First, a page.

Discussion

Since the basis of the indefinite suspension in Maryland was the fact that Respondent paid legal fees to himself without prior authorization, the present action is based solely upon the allegations surrounding the real estate transaction. The Respondent does not dispute the fact that he utilized $600,000 in estate funds to purchase real estate he owned with his business partner. The Respondent argues that he did not intend to take money improperly and that his actions resulted in no loss to the estate.

I. MRPC 1.15: Safekeeping Property.

Rule 1.15 obligates a lawyer to hold property of clients (or others) that is in

950 A.2d 805

lawyer's possession separate from the lawyer's own property.

The Petitioner claims that the Respondent violated this Rule by using estate funds to purchase real estate in New York City titled in the names of Respondent and his business partner, Aric Johnson; in essence, that the Respondent engaged in self-dealing. The Respondent argues that there was no self-dealing because the District of Columbia authorities were aware of the mortgage, since it was referenced in various estate filings made with the court. The Respondent additionally argues that the estate financially benefitted from this transaction since the mortgage interest rate was not less than the market value for similar real estate transactions.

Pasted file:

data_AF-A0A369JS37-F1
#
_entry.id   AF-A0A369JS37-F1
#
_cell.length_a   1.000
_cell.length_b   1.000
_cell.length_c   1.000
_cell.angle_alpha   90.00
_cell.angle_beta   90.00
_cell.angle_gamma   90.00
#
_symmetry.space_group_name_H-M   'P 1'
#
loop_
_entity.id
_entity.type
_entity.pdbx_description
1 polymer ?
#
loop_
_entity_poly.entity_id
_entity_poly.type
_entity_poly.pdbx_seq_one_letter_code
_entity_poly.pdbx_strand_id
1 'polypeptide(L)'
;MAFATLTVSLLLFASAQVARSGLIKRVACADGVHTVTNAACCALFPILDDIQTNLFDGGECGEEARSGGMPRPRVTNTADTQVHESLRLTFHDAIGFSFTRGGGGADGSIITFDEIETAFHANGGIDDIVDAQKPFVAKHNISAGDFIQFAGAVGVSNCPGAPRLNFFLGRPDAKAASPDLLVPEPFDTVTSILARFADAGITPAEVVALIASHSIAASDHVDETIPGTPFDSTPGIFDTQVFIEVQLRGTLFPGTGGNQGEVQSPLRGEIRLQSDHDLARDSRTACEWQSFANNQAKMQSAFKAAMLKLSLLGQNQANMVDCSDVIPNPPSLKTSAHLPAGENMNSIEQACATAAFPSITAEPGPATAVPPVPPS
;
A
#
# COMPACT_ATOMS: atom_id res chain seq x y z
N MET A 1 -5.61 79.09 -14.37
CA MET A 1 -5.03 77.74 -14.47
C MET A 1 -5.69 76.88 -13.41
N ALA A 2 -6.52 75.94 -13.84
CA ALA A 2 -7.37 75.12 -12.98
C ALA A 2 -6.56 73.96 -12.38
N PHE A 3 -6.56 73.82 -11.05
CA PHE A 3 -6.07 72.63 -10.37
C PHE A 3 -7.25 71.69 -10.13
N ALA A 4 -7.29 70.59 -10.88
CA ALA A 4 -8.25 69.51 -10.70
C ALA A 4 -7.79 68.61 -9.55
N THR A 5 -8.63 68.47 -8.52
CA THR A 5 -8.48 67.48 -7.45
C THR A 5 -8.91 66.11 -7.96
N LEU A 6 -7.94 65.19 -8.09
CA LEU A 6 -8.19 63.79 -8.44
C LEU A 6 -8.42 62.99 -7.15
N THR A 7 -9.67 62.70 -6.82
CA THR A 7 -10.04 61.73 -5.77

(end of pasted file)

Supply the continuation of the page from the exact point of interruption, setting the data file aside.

Based upon the testimony and evidence received at the hearing, the court finds by clear and convincing evidence that the Respondent is in violation of the MRPC 1.15 by utilizing estate property for his own benefit. Although the court believes the Respondent was sincere in his desire to maximize the assets of the estate, the manner in which he chose to do so is a clear conflict of interest.